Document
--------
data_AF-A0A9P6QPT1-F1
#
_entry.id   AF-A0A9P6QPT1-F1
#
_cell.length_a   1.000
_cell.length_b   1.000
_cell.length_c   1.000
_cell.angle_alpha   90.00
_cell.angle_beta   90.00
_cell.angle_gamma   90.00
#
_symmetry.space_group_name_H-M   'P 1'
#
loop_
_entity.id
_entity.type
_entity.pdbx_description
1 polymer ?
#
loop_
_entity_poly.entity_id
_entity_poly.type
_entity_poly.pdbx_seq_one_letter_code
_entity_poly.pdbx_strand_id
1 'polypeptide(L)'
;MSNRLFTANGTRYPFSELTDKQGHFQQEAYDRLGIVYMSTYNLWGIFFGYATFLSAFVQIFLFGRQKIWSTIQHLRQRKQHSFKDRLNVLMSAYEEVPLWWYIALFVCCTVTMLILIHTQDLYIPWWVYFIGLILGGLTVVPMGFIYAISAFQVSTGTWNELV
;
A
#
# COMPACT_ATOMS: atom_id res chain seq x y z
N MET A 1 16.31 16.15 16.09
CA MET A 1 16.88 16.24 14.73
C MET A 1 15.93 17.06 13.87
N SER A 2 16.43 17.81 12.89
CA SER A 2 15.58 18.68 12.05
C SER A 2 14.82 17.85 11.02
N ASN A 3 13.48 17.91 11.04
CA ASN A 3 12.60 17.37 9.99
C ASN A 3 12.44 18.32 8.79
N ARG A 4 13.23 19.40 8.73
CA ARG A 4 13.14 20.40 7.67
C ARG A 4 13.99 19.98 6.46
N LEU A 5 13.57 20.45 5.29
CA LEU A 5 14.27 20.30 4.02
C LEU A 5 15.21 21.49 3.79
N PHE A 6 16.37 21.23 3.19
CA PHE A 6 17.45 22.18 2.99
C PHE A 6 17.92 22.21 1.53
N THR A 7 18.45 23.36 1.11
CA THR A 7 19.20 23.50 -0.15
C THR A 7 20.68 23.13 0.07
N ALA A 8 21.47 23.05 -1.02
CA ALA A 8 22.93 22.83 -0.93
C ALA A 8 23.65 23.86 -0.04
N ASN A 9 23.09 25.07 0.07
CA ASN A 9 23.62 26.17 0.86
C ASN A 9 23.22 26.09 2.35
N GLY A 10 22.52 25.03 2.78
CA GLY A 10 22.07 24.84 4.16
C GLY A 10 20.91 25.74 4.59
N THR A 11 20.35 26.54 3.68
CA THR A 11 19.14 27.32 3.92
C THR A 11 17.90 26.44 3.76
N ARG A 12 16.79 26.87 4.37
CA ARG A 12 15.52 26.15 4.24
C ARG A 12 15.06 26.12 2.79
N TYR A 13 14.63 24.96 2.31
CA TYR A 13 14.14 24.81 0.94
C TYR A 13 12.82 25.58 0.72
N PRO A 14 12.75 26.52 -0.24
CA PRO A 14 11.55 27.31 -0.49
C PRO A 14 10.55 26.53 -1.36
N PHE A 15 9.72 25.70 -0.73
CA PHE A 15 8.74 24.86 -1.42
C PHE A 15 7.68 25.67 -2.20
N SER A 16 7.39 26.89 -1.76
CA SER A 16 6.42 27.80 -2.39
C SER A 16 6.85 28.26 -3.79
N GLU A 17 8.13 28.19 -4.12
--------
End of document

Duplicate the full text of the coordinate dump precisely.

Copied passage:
data_AF-A0A9P6QPT1-F1
#
_entry.id   AF-A0A9P6QPT1-F1
#
_cell.length_a   1.000
_cell.length_b   1.000
_cell.length_c   1.000
_cell.angle_alpha   90.00
_cell.angle_beta   90.00
_cell.angle_gamma   90.00
#
_symmetry.space_group_name_H-M   'P 1'
#
loop_
_entity.id
_entity.type
_entity.pdbx_description
1 polymer ?
#
loop_
_entity_poly.entity_id
_entity_poly.type
_entity_poly.pdbx_seq_one_letter_code
_entity_poly.pdbx_strand_id
1 'polypeptide(L)'
;MSNRLFTANGTRYPFSELTDKQGHFQQEAYDRLGIVYMSTYNLWGIFFGYATFLSAFVQIFLFGRQKIWSTIQHLRQRKQHSFKDRLNVLMSAYEEVPLWWYIALFVCCTVTMLILIHTQDLYIPWWVYFIGLILGGLTVVPMGFIYAISAFQVSTGTWNELV
;
A
#
# COMPACT_ATOMS: atom_id res chain seq x y z
N MET A 1 16.31 16.15 16.09
CA MET A 1 16.88 16.24 14.73
C MET A 1 15.93 17.06 13.87
N SER A 2 16.43 17.81 12.89
CA SER A 2 15.58 18.68 12.05
C SER A 2 14.82 17.85 11.02
N ASN A 3 13.48 17.91 11.04
CA ASN A 3 12.60 17.37 9.99
C ASN A 3 12.44 18.32 8.79
N ARG A 4 13.23 19.40 8.73
CA ARG A 4 13.14 20.40 7.67
C ARG A 4 13.99 19.98 6.46
N LEU A 5 13.57 20.45 5.29
CA LEU A 5 14.27 20.30 4.02
C LEU A 5 15.21 21.49 3.79
N PHE A 6 16.37 21.23 3.19
CA PHE A 6 17.45 22.18 2.99
C PHE A 6 17.92 22.21 1.53
N THR A 7 18.45 23.36 1.11
CA THR A 7 19.20 23.50 -0.15
C THR A 7 20.68 23.13 0.07
N ALA A 8 21.47 23.05 -1.02
CA ALA A 8 22.93 22.83 -0.93
C ALA A 8 23.65 23.86 -0.04
N ASN A 9 23.09 25.07 0.07
CA ASN A 9 23.62 26.17 0.86
C ASN A 9 23.22 26.09 2.35
N GLY A 10 22.52 25.03 2.78
CA GLY A 10 22.07 24.84 4.16
C GLY A 10 20.91 25.74 4.59
N THR A 11 20.35 26.54 3.68
CA THR A 11 19.14 27.32 3.92
C THR A 11 17.90 26.44 3.76
N ARG A 12 16.79 26.87 4.37
CA ARG A 12 15.52 26.15 4.24
C ARG A 12 15.06 26.12 2.79
N TYR A 13 14.63 24.96 2.31
CA TYR A 13 14.14 24.81 0.94
C TYR A 13 12.82 25.58 0.72
N PRO A 14 12.75 26.52 -0.24
CA PRO A 14 11.55 27.31 -0.49
C PRO A 14 10.55 26.53 -1.36
N PHE A 15 9.72 25.70 -0.73
CA PHE A 15 8.74 24.86 -1.42
C PHE A 15 7.68 25.67 -2.20
N SER A 16 7.39 26.89 -1.76
CA SER A 16 6.42 27.80 -2.39
C SER A 16 6.85 28.26 -3.79
N GLU A 17 8.13 28.19 -4.12